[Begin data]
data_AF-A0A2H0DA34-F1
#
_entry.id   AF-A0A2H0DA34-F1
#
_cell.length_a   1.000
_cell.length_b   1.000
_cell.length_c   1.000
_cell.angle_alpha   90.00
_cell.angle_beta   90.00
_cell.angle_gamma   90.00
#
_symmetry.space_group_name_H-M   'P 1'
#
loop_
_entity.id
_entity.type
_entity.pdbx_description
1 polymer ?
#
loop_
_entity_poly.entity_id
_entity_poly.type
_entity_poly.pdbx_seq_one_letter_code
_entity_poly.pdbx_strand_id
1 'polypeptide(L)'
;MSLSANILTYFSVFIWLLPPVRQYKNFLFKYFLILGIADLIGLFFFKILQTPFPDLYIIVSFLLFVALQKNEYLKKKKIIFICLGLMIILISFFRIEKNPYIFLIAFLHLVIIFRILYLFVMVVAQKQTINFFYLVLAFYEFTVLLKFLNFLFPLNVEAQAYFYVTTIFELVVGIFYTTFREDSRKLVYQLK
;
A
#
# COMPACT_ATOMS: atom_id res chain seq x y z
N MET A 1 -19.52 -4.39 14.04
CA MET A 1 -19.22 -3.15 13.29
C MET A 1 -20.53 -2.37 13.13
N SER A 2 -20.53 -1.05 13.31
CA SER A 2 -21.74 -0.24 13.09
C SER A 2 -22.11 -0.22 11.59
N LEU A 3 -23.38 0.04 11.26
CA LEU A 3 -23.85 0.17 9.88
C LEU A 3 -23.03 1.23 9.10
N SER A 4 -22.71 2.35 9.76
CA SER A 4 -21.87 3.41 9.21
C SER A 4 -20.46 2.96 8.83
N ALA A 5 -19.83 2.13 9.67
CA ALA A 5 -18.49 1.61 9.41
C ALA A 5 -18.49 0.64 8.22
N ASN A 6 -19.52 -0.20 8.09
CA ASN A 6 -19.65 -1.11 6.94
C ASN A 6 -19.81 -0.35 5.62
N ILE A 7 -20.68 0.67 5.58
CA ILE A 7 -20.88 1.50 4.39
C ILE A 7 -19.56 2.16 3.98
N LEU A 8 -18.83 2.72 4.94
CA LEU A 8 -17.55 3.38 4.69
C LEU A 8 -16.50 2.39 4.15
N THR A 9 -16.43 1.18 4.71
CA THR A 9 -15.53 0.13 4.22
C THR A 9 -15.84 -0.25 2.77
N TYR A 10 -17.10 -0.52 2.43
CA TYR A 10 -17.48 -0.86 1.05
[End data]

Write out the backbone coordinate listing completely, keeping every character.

data_AF-A0A2H0DA34-F1
#
_entry.id   AF-A0A2H0DA34-F1
#
_cell.length_a   1.000
_cell.length_b   1.000
_cell.length_c   1.000
_cell.angle_alpha   90.00
_cell.angle_beta   90.00
_cell.angle_gamma   90.00
#
_symmetry.space_group_name_H-M   'P 1'
#
loop_
_entity.id
_entity.type
_entity.pdbx_description
1 polymer ?
#
loop_
_entity_poly.entity_id
_entity_poly.type
_entity_poly.pdbx_seq_one_letter_code
_entity_poly.pdbx_strand_id
1 'polypeptide(L)'
;MSLSANILTYFSVFIWLLPPVRQYKNFLFKYFLILGIADLIGLFFFKILQTPFPDLYIIVSFLLFVALQKNEYLKKKKIIFICLGLMIILISFFRIEKNPYIFLIAFLHLVIIFRILYLFVMVVAQKQTINFFYLVLAFYEFTVLLKFLNFLFPLNVEAQAYFYVTTIFELVVGIFYTTFREDSRKLVYQLK
;
A
#
# COMPACT_ATOMS: atom_id res chain seq x y z
N MET A 1 -19.52 -4.39 14.04
CA MET A 1 -19.22 -3.15 13.29
C MET A 1 -20.53 -2.37 13.13
N SER A 2 -20.53 -1.05 13.31
CA SER A 2 -21.74 -0.24 13.09
C SER A 2 -22.11 -0.22 11.59
N LEU A 3 -23.38 0.04 11.26
CA LEU A 3 -23.85 0.17 9.88
C LEU A 3 -23.03 1.23 9.10
N SER A 4 -22.71 2.35 9.76
CA SER A 4 -21.87 3.41 9.21
C SER A 4 -20.46 2.96 8.83
N ALA A 5 -19.83 2.13 9.67
CA ALA A 5 -18.49 1.61 9.41
C ALA A 5 -18.49 0.64 8.22
N ASN A 6 -19.52 -0.20 8.09
CA ASN A 6 -19.65 -1.11 6.94
C ASN A 6 -19.81 -0.35 5.62
N ILE A 7 -20.68 0.67 5.58
CA ILE A 7 -20.88 1.50 4.39
C ILE A 7 -19.56 2.16 3.98
N LEU A 8 -18.83 2.72 4.94
CA LEU A 8 -17.55 3.38 4.69
C LEU A 8 -16.50 2.39 4.15
N THR A 9 -16.43 1.18 4.71
CA THR A 9 -15.53 0.13 4.22
C THR A 9 -15.84 -0.25 2.77
N TYR A 10 -17.10 -0.52 2.43
CA TYR A 10 -17.48 -0.86 1.05